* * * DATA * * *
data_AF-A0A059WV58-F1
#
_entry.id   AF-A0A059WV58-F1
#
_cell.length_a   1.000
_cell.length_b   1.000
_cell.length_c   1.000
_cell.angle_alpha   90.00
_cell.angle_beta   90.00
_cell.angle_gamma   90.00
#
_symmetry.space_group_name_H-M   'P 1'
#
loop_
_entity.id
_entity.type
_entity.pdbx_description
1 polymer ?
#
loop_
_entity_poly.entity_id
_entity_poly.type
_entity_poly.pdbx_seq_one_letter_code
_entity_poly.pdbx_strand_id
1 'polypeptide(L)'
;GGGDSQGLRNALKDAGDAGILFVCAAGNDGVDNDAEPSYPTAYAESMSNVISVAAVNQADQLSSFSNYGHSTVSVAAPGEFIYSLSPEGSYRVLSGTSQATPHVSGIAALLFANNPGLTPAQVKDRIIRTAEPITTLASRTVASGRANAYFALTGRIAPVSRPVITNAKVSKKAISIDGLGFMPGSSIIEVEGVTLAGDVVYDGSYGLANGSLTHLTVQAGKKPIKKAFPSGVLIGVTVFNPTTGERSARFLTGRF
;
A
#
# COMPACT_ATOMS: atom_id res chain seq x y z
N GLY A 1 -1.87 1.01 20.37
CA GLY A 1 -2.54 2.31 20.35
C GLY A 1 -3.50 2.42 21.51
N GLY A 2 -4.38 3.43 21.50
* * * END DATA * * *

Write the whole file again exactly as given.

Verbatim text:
data_AF-A0A059WV58-F1
#
_entry.id   AF-A0A059WV58-F1
#
_cell.length_a   1.000
_cell.length_b   1.000
_cell.length_c   1.000
_cell.angle_alpha   90.00
_cell.angle_beta   90.00
_cell.angle_gamma   90.00
#
_symmetry.space_group_name_H-M   'P 1'
#
loop_
_entity.id
_entity.type
_entity.pdbx_description
1 polymer ?
#
loop_
_entity_poly.entity_id
_entity_poly.type
_entity_poly.pdbx_seq_one_letter_code
_entity_poly.pdbx_strand_id
1 'polypeptide(L)'
;GGGDSQGLRNALKDAGDAGILFVCAAGNDGVDNDAEPSYPTAYAESMSNVISVAAVNQADQLSSFSNYGHSTVSVAAPGEFIYSLSPEGSYRVLSGTSQATPHVSGIAALLFANNPGLTPAQVKDRIIRTAEPITTLASRTVASGRANAYFALTGRIAPVSRPVITNAKVSKKAISIDGLGFMPGSSIIEVEGVTLAGDVVYDGSYGLANGSLTHLTVQAGKKPIKKAFPSGVLIGVTVFNPTTGERSARFLTGRF
;
A
#
# COMPACT_ATOMS: atom_id res chain seq x y z
N GLY A 1 -1.87 1.01 20.37
CA GLY A 1 -2.54 2.31 20.35
C GLY A 1 -3.50 2.42 21.51
N GLY A 2 -4.38 3.43 21.50